Here’s what we do: We set our smartphone timer (usually for 5 minutes) and keep it visible so our girls have a visual countdown. This keeps them on task and helps them work exponentially faster as they pick up their bedroom floor.
4) Include Bonding/Connection activities in Bedtime Routine
With all the many responsibilities facing us during the day, it’s easy to feel like we’re not spending quality time with our kids.
Which is bedtime is wonderful time to build bonding time directly into your routine. So no matter how the day went, you’ve got time set aside to connect with your little one.
Here are a few ideas:
- Read books: This builds connection and literacy/language skills. I highly recommend to committing to reading at least one book a night. But experts recommend at least 15 minutes a day.
- Sing Lullabies: Creates routines, builds connection, and researchers have even found that singing lullabies actually helps your child fall asleep.
- Snuggle: Kids are calm and content when they feel a connection with you. Lots of snuggles will help them wind down and happily drift off to sleep. Snuggles and reading make the perfect bedtime combination.
- Good night rituals: Good night rituals are anything that helps kids feel calm and content as they drift off to sleep. This could be doing calming yoga poses, a special thing you say to your child (ex “I love you to the moon and back”), or a practice (ex. if a child’s name is James, saying “goodnight James’s forehead” and kissing it and repeating with other things until you say “Goodnight James” and give a final kiss or snuggle)
5) Keep Things Calm
When everyone is nearing exhaustion, bedtime can be a particularly dangerous time for tempers to spiral out of control.
As parents, we set the tone for our kids. It’s our job to keep things calm and happy. While it doesn’t feel like it all of the time, our kids do not control the mood of our home. We do.
How we respond to our children holds the key to a calm atmosphere. If we can create a calm bedtime atmosphere for our kids, this alone can create a much smoother bedtime routine.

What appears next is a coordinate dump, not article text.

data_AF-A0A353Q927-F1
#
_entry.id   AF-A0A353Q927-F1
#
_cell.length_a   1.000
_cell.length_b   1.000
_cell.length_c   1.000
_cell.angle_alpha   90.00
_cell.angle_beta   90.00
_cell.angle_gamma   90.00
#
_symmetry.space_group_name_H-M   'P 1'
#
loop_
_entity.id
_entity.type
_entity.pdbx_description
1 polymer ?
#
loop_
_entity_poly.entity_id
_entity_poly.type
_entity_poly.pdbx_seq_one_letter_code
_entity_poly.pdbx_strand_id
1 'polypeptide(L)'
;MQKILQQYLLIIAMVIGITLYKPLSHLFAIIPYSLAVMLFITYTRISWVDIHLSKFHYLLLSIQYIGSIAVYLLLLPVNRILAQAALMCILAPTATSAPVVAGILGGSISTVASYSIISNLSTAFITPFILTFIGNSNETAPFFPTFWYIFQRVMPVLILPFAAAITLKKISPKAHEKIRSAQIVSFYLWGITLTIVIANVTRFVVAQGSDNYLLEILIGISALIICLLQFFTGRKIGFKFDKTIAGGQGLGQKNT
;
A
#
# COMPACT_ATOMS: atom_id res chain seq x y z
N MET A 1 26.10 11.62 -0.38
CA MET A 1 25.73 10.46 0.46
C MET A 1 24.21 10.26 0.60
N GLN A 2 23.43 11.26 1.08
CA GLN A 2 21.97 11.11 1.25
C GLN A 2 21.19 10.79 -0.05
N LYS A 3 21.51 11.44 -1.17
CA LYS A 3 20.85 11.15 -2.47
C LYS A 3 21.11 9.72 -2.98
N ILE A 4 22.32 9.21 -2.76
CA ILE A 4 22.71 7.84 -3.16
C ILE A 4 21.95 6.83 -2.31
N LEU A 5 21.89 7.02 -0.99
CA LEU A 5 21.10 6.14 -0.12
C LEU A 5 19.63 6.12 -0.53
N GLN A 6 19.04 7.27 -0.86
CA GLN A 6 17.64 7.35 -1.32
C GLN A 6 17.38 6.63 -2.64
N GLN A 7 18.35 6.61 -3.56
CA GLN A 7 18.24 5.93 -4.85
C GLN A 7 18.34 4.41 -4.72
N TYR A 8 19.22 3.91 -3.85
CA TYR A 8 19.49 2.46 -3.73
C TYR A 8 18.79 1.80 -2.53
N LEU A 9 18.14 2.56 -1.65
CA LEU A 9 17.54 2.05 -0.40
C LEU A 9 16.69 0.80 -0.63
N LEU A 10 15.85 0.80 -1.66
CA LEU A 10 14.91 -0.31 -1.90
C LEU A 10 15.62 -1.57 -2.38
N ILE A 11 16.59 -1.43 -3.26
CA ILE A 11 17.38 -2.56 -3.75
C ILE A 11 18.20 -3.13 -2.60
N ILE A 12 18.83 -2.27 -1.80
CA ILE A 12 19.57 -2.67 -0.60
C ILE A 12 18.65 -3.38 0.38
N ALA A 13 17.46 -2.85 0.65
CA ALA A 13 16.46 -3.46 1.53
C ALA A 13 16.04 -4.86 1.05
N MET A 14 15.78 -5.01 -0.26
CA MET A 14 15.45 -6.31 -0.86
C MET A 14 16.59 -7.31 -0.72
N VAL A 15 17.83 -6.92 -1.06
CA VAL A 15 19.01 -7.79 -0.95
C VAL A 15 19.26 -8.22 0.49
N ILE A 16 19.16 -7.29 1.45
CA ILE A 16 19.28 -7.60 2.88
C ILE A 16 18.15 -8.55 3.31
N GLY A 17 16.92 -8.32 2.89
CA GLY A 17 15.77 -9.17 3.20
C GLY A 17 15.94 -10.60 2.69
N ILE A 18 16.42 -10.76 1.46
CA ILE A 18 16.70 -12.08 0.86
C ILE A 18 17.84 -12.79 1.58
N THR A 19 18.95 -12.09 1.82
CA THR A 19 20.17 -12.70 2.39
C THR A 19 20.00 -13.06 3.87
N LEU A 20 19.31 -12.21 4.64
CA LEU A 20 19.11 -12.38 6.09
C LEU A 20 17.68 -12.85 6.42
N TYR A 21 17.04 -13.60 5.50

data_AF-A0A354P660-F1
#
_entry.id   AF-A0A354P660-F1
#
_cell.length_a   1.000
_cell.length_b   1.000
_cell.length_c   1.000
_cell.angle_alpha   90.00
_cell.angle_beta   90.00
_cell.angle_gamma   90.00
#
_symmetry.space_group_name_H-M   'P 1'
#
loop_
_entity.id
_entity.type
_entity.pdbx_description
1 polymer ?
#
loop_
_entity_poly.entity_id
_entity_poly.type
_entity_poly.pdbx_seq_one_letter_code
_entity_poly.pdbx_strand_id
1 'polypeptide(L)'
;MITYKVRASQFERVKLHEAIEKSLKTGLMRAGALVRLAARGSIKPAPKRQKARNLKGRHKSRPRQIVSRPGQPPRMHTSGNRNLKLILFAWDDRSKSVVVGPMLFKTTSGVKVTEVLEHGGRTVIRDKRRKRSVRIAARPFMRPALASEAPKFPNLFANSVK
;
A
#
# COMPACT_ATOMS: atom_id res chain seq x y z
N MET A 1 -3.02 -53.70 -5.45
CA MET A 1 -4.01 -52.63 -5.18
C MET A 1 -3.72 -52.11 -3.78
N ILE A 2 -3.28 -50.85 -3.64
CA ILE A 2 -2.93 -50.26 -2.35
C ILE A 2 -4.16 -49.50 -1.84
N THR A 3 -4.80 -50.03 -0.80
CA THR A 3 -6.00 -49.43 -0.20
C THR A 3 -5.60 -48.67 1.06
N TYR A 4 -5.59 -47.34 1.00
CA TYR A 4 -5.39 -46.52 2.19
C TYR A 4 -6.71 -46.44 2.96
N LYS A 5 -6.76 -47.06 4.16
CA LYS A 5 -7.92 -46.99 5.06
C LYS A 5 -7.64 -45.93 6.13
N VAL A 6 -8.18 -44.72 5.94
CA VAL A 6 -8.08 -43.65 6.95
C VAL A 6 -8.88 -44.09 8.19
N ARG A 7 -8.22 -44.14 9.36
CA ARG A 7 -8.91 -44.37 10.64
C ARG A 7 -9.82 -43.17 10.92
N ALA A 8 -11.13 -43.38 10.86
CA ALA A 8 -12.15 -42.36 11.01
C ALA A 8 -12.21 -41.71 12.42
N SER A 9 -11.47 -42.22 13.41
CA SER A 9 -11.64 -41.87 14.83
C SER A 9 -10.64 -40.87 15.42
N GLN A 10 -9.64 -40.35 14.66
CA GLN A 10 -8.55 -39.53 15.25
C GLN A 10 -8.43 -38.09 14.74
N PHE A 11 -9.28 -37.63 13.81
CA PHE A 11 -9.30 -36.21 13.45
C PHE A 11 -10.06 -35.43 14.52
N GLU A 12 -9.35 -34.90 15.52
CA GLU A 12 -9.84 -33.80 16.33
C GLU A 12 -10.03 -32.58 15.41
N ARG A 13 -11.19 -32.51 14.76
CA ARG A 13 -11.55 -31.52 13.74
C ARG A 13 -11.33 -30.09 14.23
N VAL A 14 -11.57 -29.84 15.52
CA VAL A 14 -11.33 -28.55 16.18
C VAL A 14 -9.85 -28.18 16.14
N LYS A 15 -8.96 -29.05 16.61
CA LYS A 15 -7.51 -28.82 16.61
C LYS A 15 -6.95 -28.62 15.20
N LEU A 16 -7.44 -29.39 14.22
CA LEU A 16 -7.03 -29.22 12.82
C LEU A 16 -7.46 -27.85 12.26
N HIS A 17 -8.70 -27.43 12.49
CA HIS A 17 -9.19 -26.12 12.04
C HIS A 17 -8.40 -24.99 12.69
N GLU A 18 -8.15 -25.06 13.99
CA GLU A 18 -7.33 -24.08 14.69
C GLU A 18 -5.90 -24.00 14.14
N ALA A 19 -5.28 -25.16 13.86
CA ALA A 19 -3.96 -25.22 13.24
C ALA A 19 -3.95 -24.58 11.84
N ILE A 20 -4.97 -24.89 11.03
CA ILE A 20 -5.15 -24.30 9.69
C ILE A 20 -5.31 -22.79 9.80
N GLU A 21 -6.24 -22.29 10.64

Some strategies to keep things calm:
- Take deep breaths when you feel yourself losing your patience
- Do some easy yoga poses
- Apologize if you lose your cool
I’m of the belief that it’s pretty much impossible to snuggle your kids too much at bedtime (or anytime, really).
6) Stay Consistent
Children crave consistency in their schedule. It gives them a sense of control and order knowing what will always come next.
It can be difficult for children when creating a new routine, and tantrums are often inevitable. But being consistent and calm signals to your child that you will not bend to tantrums. This will create more calm and order as everyone adjusts to the new routine.
BEDTIME ROUTINE CHART FOR KIDS
Another extremely helpful way to create a calm bedtime routine for kids is to use a routine chart or routine cards. They make it easier for kids to remember tasks and will help end bedtime battles.
Routine charts and routine cards give your child a visual reminder of the tasks they need to complete before bed and help the bedtime routine go much smoother.
If you have a younger child, these routine cards with images can be incredibly helpful in building a great daily schedule.
For children that can read, you can check out these 5 different styles of fillable routine charts that help you customize the perfect morning and bedtime routine for your child.
END THE BATTLES WITH A BEDTIME ROUTINE
While we have the occasional rough night, it’s usually due to neglecting one of the above tips. We’ve created a simple and consistent bedtime routine that gets our kids ready for bed without taking hours.
When it’s time to wind down, our kids know exactly what’s expected of them. We set timers to keep them on task and work to set and keep a calm atmosphere.
By staying consistent, we’ve created a quick and tear-free bedtime routine for kids. And if we can as frazzled parents of 4 little ones, you can too.
You’ve got this, mama!